Sunday, May 14, 2017

Mother's Day Talk


Just days before I found out I was to give this talk, I was at the park, with some moms, chatting, like we do,  and we had a brief conversation about motherhood as portrayed on social media—specifically lamenting the difficulty of painting a fair representation of this nobelest of callings.” On one hand there is the temptation to present only the highlights, the children in their best outfits, faces washes, smiles beaming . We add just the right filters and crop out the messes and dirty dishes in the background, all in genuine efforts to focus on the good. (Elder Stevenson spoke at Women's Conference about this and has a pretty funny example) The other side of the extreme, wanting to counter act this “picture perfect” image, so instead we overly focus on the hardships: the teething babies, the spilt milk, the endless laundry and inadvertently make motherhood look like utter drudgery.

I feel like giving a Mother’s Day talk is totally like that. Could I attempt to describe the beautiful, and unbelievable love I’ve experienced as a mother? Of course, I could. I have had many moments of such joy and awe- inspiring gratitude, where I without a doubt knew the divinity of my calling. 

Could I also relate some agonizing tales of mind-numbing, never-ending tasks, colossal amounts of poop, and long days where I thought I was entirely failing? Yes, I could. I could give a Very. Long. Talk.

In preparation for this talk I reread one of my all-time favorite talks by sister Patricia Holland’s in it she describes the stressful years of raising their family.  She describes: “My husband and children were trying to bandage me together even as I was trying to do the same for them. We were exhausted…
Who was I, and where was I in this welter of demands? Should life be as hard as all this? How successful had I been in my several and competing assignments? Or had I muffed them all? My tank was on empty, and I wasn’t sure there was a filling station anywhere in sight.

In this desperate, seeking state, she had a particular scripture sooth her soul, she heard it but the Spirit, ever personal, used her name instead, and every time I read it I hear:
“[Chelsea, Chelsea, Chelsea], thou art careful and troubled about many things.” Then she says, the power of pure and personal revelation seized me as I read on , “But one thing [only one thing] is [truly] needful.” (Luke 10:40–41.) As I sat pondering my problems I felt the sun’s healing rays like warm liquid pouring into my heart—relaxing, calming, and comforting my troubled soul.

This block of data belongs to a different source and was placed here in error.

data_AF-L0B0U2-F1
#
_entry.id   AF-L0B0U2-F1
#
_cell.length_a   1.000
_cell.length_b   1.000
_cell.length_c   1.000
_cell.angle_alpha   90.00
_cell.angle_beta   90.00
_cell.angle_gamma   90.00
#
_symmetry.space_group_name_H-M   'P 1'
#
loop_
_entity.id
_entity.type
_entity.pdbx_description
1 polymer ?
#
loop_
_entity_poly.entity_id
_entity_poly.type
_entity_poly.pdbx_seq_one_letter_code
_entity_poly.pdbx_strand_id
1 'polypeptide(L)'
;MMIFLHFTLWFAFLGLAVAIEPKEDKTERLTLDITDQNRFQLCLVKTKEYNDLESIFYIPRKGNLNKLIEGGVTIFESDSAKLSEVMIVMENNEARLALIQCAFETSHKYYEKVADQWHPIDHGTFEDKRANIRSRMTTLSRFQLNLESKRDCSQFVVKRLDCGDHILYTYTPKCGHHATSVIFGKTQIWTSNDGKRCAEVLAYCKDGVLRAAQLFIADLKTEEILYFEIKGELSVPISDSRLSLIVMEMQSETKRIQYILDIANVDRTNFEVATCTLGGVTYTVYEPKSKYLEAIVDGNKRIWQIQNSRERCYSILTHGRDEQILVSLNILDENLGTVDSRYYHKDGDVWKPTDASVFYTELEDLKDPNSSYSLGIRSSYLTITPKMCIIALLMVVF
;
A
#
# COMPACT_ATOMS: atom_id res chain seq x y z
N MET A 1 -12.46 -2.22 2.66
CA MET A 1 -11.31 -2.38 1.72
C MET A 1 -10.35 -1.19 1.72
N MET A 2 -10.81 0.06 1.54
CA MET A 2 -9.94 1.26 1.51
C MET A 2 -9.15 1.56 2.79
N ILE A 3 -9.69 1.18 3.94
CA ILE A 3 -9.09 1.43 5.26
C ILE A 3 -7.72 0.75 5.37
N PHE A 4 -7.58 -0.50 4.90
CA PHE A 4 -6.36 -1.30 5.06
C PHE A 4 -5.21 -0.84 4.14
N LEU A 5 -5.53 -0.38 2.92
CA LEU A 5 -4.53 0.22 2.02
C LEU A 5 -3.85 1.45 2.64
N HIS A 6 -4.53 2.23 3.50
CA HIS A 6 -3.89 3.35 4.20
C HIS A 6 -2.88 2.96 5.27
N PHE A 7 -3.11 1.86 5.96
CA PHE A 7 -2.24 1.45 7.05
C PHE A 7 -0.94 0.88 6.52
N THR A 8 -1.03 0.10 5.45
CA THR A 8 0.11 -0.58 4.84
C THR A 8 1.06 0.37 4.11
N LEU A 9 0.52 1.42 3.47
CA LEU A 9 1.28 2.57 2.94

Our loving Father in Heaven seemed to be whispering to me, “You don’t have to worry over so many things. The one thing that is needful—the only thing that is truly needful—is to keep your eyes toward the sun—my Son.”
“Suddenly” she said “I had true peace. I knew that my life had always been in his hands—from the very beginning!”

I hope today, during at least some part of my talk, you will feel the sun on your face, and feel the hope our Saviour offers each of us.

(This next art I left out because of time)
Sister Stephanie Sorenson, in her book Covenant Motherhood, tells of a time when her husband worked days and went to law school at night. She had a 3 year old boy and a 2 year boy and during finals of her husband's first semester gave birth to their daughter- so three kids under three.  

"I was so tired, " she recalls, "and every time I turned around, there was something or someone that needed to be cleaned. I remember an inner dialogue that would often surface. Seriously?I am a bright and intelligent woman. I have a master's degree fro heaven's sake. I am blowing noses and vacuuming Cheerios and scraping spit-up off of car-seat buckles. Is this seriously how I'm suppose to spend my life?

 I found joy in being a mother because I loved my children. I knew being a mother was important and right and part of God's plan for me. That much I knew, and I didn't doubt my choice, but I could not wrap my head around all the mind-numbing details of my motherhood reality. Was there really meaning in all that? What was I missing? These feelings ignited a desire in me to understand motherhood more, to recognize the value in what I was doing more than just a long-term sense. I began to study & pray & think about it. Think about it a lot. 

I learned that Heavenly Father cared a great deal about how I felt about motherhood. He wanted me to see it how He sees it, so He started to show me. One afternoon, I was sitting on the floor in my daughters room, changing her soiled diaper. I removed it, cleaned her, and fastened a fresh diaper. the following scripture came into my mind: "Though your sins be as scarlet, they shall be white as snow."(Isaiah 1:18) It dawned on me that Jesus Christ was in the cleaning business. A crucial part of His mission was taking things and people who were soiled and making them clean. In that moment, I felt a flow of love and revelation--clusters of thoughts and ideas that started to fit together like a puzzle. My job was a reflection of his. it could teach me about Him and make me more like Him. This was life-changing information....My simple service of cleaning in my own home and with my own family mirrors His great mission...And when I think of all the times I sin and repeat the sin or fall into new ones, I realize that I am not that much different from my children and their messes; nevertheless, Jesus Christ cleanses me over and over and over again because He loves me. "


 I share this for two reasons, first, because I'm pretty sure I'm not the only one who could use a little perspective when it comes to the endless cleaning mommy-hood so often demands, but secondly, and more importantly, because if there is an element of your motherhood that you struggle with, that you need a greater understanding of, I testify the Lord is willing to teach you, as you go to Him for the answers. 


Eve “the mother of all living” said it was better to learn for ourselves the good from the evil, the pleasure from the pain. And motherhood certainly has both. It, like partaking of the fruit, is an eye opening experience, where we learn for ourselves, the highs and lows life has to offer us.